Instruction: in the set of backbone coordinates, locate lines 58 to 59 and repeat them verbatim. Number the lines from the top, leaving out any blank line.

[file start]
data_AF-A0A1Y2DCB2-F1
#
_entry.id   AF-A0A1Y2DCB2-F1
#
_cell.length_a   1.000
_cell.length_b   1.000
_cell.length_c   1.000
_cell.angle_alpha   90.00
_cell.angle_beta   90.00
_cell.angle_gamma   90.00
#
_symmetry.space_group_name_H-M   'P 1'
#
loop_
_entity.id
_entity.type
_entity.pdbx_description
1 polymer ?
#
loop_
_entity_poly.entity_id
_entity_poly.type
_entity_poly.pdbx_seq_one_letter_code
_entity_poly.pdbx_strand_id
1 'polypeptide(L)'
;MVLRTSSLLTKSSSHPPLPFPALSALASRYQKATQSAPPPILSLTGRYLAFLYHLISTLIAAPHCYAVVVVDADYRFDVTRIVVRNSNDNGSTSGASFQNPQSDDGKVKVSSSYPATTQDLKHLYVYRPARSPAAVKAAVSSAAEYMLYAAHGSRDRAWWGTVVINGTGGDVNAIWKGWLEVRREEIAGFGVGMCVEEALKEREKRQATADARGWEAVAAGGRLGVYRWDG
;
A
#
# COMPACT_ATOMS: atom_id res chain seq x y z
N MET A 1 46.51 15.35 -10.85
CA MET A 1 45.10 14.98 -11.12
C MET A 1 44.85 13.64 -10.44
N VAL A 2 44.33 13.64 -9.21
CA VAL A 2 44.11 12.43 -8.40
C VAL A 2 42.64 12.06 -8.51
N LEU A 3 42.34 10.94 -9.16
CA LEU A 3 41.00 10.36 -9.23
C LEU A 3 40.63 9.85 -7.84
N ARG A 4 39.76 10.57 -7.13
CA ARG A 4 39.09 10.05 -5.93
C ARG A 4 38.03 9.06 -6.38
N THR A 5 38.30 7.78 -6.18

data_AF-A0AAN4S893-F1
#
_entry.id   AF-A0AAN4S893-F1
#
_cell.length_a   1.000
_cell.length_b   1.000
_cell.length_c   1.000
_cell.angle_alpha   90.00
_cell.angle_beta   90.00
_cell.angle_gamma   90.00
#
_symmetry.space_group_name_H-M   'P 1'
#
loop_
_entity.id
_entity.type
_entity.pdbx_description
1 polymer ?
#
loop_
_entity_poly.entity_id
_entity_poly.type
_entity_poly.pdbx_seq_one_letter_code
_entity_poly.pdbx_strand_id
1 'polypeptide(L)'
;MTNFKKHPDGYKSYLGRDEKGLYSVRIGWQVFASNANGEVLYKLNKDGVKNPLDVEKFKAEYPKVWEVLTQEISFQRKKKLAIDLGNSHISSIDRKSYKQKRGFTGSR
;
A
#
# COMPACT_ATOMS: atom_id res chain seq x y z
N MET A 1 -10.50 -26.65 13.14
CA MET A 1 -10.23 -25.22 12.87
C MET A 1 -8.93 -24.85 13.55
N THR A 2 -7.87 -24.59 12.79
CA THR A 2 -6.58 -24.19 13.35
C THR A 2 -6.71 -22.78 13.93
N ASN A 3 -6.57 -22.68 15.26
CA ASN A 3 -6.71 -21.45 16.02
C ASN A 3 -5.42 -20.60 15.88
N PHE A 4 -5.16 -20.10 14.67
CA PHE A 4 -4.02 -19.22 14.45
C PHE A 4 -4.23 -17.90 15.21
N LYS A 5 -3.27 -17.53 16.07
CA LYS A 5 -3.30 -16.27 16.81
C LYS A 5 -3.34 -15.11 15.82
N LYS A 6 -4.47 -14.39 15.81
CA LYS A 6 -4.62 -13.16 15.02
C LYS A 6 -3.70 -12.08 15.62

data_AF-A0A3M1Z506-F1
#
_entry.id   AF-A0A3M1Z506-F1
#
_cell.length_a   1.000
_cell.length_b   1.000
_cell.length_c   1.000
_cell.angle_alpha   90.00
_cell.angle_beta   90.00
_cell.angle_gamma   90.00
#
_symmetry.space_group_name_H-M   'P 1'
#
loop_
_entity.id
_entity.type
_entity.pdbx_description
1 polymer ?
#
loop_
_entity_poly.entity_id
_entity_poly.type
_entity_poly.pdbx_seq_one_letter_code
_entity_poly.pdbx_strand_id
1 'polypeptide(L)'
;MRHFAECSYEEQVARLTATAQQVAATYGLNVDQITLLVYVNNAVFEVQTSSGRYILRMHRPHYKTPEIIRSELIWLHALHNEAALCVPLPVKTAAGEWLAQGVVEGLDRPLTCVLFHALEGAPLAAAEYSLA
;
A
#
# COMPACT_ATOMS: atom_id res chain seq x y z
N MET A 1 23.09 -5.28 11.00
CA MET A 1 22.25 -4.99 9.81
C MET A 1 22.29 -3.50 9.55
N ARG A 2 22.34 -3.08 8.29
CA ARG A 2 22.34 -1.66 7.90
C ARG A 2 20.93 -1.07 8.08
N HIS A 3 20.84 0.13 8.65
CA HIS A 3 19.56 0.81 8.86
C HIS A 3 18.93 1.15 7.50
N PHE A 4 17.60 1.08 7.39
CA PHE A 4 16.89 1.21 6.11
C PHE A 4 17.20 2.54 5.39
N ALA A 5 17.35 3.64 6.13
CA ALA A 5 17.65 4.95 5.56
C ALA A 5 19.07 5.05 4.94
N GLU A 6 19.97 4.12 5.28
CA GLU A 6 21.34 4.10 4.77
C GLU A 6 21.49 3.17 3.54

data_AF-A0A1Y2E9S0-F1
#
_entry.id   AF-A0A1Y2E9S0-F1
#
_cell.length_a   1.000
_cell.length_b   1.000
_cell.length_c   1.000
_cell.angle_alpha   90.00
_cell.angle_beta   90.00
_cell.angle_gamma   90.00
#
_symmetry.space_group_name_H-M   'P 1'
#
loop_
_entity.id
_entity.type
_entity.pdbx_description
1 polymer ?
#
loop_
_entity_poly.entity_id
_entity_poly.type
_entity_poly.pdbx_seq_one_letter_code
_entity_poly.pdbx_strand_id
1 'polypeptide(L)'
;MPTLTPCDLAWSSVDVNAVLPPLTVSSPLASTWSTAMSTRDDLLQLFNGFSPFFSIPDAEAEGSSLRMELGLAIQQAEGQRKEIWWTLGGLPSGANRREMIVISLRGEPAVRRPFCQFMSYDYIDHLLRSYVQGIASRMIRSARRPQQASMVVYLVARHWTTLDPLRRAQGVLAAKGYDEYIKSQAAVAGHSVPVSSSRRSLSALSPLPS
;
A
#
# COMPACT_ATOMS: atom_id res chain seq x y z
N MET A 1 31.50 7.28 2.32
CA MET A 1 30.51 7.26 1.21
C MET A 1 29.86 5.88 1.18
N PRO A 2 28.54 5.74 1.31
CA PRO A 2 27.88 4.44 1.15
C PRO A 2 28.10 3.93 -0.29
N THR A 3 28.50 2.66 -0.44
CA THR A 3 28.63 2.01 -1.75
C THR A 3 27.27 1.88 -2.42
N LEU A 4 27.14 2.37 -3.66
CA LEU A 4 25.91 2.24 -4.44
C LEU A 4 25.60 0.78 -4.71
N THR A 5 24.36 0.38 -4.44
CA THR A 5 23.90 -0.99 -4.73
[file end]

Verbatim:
_entity.id
_entity.type